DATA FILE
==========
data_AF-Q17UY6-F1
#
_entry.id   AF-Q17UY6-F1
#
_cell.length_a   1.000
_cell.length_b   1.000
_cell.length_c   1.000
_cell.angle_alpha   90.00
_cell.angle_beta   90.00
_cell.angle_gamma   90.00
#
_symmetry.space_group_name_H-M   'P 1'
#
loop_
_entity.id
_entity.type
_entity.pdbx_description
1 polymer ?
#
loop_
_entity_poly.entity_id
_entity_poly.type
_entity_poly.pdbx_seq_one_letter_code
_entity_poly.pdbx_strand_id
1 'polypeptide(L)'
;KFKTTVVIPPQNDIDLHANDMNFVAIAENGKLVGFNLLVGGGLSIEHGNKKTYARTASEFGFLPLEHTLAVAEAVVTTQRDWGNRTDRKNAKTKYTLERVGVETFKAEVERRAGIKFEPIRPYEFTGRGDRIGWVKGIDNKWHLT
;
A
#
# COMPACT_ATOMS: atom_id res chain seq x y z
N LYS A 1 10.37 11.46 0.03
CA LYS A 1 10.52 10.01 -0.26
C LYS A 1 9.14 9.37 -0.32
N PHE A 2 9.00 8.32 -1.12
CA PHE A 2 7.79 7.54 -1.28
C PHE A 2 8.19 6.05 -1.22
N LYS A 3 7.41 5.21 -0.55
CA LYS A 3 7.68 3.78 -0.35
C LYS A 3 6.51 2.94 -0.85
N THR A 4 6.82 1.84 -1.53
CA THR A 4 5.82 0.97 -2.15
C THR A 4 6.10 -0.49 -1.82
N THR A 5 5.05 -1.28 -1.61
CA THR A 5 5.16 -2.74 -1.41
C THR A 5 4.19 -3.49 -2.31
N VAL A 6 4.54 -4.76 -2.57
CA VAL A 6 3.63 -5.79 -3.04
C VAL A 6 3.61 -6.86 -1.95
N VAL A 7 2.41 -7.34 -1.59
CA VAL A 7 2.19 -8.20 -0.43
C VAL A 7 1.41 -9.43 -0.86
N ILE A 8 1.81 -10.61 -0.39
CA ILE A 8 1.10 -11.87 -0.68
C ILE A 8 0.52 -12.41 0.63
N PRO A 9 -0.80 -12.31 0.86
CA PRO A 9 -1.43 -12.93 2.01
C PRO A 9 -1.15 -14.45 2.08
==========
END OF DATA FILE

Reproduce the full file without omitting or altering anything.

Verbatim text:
data_AF-Q17UY6-F1
#
_entry.id   AF-Q17UY6-F1
#
_cell.length_a   1.000
_cell.length_b   1.000
_cell.length_c   1.000
_cell.angle_alpha   90.00
_cell.angle_beta   90.00
_cell.angle_gamma   90.00
#
_symmetry.space_group_name_H-M   'P 1'
#
loop_
_entity.id
_entity.type
_entity.pdbx_description
1 polymer ?
#
loop_
_entity_poly.entity_id
_entity_poly.type
_entity_poly.pdbx_seq_one_letter_code
_entity_poly.pdbx_strand_id
1 'polypeptide(L)'
;KFKTTVVIPPQNDIDLHANDMNFVAIAENGKLVGFNLLVGGGLSIEHGNKKTYARTASEFGFLPLEHTLAVAEAVVTTQRDWGNRTDRKNAKTKYTLERVGVETFKAEVERRAGIKFEPIRPYEFTGRGDRIGWVKGIDNKWHLT
;
A
#
# COMPACT_ATOMS: atom_id res chain seq x y z
N LYS A 1 10.37 11.46 0.03
CA LYS A 1 10.52 10.01 -0.26
C LYS A 1 9.14 9.37 -0.32
N PHE A 2 9.00 8.32 -1.12
CA PHE A 2 7.79 7.54 -1.28
C PHE A 2 8.19 6.05 -1.22
N LYS A 3 7.41 5.21 -0.55
CA LYS A 3 7.68 3.78 -0.35
C LYS A 3 6.51 2.94 -0.85
N THR A 4 6.82 1.84 -1.53
CA THR A 4 5.82 0.97 -2.15
C THR A 4 6.10 -0.49 -1.82
N THR A 5 5.05 -1.28 -1.61
CA THR A 5 5.16 -2.74 -1.41
C THR A 5 4.19 -3.49 -2.31
N VAL A 6 4.54 -4.76 -2.57
CA VAL A 6 3.63 -5.79 -3.04
C VAL A 6 3.61 -6.86 -1.95
N VAL A 7 2.41 -7.34 -1.59
CA VAL A 7 2.19 -8.20 -0.43
C VAL A 7 1.41 -9.43 -0.86
N ILE A 8 1.81 -10.61 -0.39
CA ILE A 8 1.10 -11.87 -0.68
C ILE A 8 0.52 -12.41 0.63
N PRO A 9 -0.80 -12.31 0.86
CA PRO A 9 -1.43 -12.93 2.01
C PRO A 9 -1.15 -14.45 2.08